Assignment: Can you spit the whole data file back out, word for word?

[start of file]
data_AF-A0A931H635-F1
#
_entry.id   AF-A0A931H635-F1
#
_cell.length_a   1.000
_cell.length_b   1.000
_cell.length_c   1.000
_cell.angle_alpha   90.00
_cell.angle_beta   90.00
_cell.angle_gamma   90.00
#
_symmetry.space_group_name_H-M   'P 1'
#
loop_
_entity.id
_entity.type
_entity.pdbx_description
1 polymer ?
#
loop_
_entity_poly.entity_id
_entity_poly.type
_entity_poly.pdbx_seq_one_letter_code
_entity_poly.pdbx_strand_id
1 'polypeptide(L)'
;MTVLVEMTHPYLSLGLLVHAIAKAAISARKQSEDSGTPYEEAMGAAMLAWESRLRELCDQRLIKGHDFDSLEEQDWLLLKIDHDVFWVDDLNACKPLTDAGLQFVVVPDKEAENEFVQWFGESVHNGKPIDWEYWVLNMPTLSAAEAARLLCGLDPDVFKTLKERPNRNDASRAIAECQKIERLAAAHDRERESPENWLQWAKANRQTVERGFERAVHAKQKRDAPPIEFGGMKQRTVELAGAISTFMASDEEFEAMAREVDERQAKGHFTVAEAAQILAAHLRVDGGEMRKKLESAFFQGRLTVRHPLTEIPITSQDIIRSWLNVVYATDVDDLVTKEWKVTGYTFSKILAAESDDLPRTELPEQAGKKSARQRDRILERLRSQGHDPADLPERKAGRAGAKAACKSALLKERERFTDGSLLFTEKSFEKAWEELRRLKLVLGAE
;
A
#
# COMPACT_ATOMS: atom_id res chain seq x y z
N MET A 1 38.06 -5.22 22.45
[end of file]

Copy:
data_AF-A0A931H635-F1
#
_entry.id   AF-A0A931H635-F1
#
_cell.length_a   1.000
_cell.length_b   1.000
_cell.length_c   1.000
_cell.angle_alpha   90.00
_cell.angle_beta   90.00
_cell.angle_gamma   90.00
#
_symmetry.space_group_name_H-M   'P 1'
#
loop_
_entity.id
_entity.type
_entity.pdbx_description
1 polymer ?
#
loop_
_entity_poly.entity_id
_entity_poly.type
_entity_poly.pdbx_seq_one_letter_code
_entity_poly.pdbx_strand_id
1 'polypeptide(L)'
;MTVLVEMTHPYLSLGLLVHAIAKAAISARKQSEDSGTPYEEAMGAAMLAWESRLRELCDQRLIKGHDFDSLEEQDWLLLKIDHDVFWVDDLNACKPLTDAGLQFVVVPDKEAENEFVQWFGESVHNGKPIDWEYWVLNMPTLSAAEAARLLCGLDPDVFKTLKERPNRNDASRAIAECQKIERLAAAHDRERESPENWLQWAKANRQTVERGFERAVHAKQKRDAPPIEFGGMKQRTVELAGAISTFMASDEEFEAMAREVDERQAKGHFTVAEAAQILAAHLRVDGGEMRKKLESAFFQGRLTVRHPLTEIPITSQDIIRSWLNVVYATDVDDLVTKEWKVTGYTFSKILAAESDDLPRTELPEQAGKKSARQRDRILERLRSQGHDPADLPERKAGRAGAKAACKSALLKERERFTDGSLLFTEKSFEKAWEELRRLKLVLGAE
;
A
#
# COMPACT_ATOMS: atom_id res chain seq x y z
N MET A 1 38.06 -5.22 22.45